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2nd October 1970, Page 53
2nd October 1970
Page 53
Page 53, 2nd October 1970 — know the law
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Which of the following most accurately describes the problem?

by Les Oldridge, AIRTE, AMIMI

Registration of driving instructors (1)

From October 1 1970 it is an offence for anyone to give driving instruction, for which they are paid, in a car unless their name is on the register of approved instructors set up by the Ministry of Transport or they are the holder of a driving instructor's licence. These requirements only apply to "motor cars" and not to heavy goods vehicles —the training of drivers for their hgv test is not subject to the Regulations. It must be remembered, however, that the term "motor car" covers all vehicles under 3 tons unladen weight, including commercial ones, so many of the lighter goods vehicles will fall within this category.

It seems strange that one has to be properly qualified to give driving instruction on the smaller vehicles yet anyone can set up a school for the "heavies" providing the instructors hold licences to drive vehicles of the class on which the instruction is given. One feels that with the number of hgv drivers which will have to be trained in the future, the present law for motor cars will be amended to bring all instructors within its scope in the not too distant future.

Money's worth

The Regulations only apply to instructing for the payment of money or money's worth, made by, or in respect of, the person under instruction. Providing no payment is made it will still be permissible to teach friends and relations to drive. What is the position of a firm which instructs one of its drivers to teach another employee to drive? Let us take the example of the bakery firm who orders one of its drivers to teach another employee to drive during the course of his deliveries. One could argue that part of the driver's wages were paid for giving this instruction and if this is so it would seem that the driver must be a registered instructor or hold a licence to give instruction.

The law concerning this subject is contained in the Road Traffic (Driving Instruction) Act 1967; the Motor Cars (Driving Instruction) Regulations 1969; the Motor Cars (Driving Instruction) (Amendment) Regulations 1970 and the Motor Cars (Driving Instruction) (Appeals) Rules 1969 as amended.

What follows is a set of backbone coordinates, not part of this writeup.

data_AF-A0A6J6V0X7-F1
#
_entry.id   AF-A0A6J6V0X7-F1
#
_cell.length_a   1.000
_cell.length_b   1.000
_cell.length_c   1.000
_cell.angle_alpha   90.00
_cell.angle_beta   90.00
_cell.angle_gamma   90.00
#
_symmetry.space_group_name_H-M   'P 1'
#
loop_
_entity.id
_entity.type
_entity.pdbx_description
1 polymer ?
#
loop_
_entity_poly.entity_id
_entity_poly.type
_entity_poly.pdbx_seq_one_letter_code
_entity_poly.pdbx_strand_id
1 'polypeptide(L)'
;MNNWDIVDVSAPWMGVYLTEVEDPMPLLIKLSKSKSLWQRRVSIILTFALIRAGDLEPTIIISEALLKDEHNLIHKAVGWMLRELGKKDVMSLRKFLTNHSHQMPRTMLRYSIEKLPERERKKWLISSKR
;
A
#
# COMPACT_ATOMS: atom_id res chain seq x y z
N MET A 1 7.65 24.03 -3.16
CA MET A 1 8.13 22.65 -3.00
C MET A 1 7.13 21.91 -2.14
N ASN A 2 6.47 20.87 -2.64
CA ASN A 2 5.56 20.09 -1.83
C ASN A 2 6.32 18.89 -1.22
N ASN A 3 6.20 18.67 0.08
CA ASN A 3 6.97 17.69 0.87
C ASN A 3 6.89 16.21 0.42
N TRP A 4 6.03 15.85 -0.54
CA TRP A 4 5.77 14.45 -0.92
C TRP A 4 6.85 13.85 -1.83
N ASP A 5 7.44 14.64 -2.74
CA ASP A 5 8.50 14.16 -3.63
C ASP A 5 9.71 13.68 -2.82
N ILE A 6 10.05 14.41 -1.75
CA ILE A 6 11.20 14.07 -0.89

The Register of Approved Driving Instructors referred to was set up by the Ministry of Transport on a voluntary basis in October 1964; the licence to give instructions is issued to enable an applicant for registration to get experience in instructing prior to him taking the examination he is required to pass before his name can be included on the register.

Anyone who wants to be an Approved Driving Instructor must:— (a)have held a full (ie not provisional) licence to drive for at least four years; (b)not have been disqualified from driving for any period of time within four years preceding the date of application for registration; (c) be of good character; and (1) pass the examination.

The examination consists of a written and practical part. A person whose name was included on May 10 1967 in the register of instructors maintained by the Motor Schools Association of Great Britain Ltd or the RAC is exempt from the written part of the examination.

Written examination The written part of the examination must be taken first. If a candidate passes the written examination but fails to pass the practical test within three years he will have to take the written part again. If he fails either part he may take it again after three months. Both parts of the examination are held at intervals, depending on demand, at various centres throughout the country.

The syllabus for the written examination is laid down in Regulation 6 of the Driving Instruction Regulations 1969. Each candidate is expected to answer questions on all or any of the following subjects:— (a)the principles of road safety generally and their application in particular circumstances; (b)the techniques of driving a motor, car correctly, courteously and safely, including control of the vehicle, road procedure, recognizing hazards and taking proper action, dealing properly with pedestrians and other road users and the use of safety equipment; (c) the tuition required to instruct a pupil in driving a motor car including the items set out in (b) above, the correction of pupil errors, the manner of the instructor, the relationship between instructor and pupil and simple vehicle adaption for disabled drivers; (d)the Highway Code and other matters in the booklet in which it is published; (e) the booklet "Your Driving Test" (DL 68) issued by the Ministry. of Transport and published by HM Stationery Office; (f) the interpretation of the reason for failure appended to the Statement of Failure to Pass the Test of Competence or of Fitness to Drive prescribed by the Motor Vehicles Driving Licence Regulations; and (g)knowledge, adequate to the needs of driving instruction, of the mechanism and design of a motor car.

The written part of the examination consists of three question papers; lhr 20min is allowed for the completion of the first and second papers together, and lhr 20min for the third paper.

Next week I intend dealing with the law concerning the practical examination and the licence.

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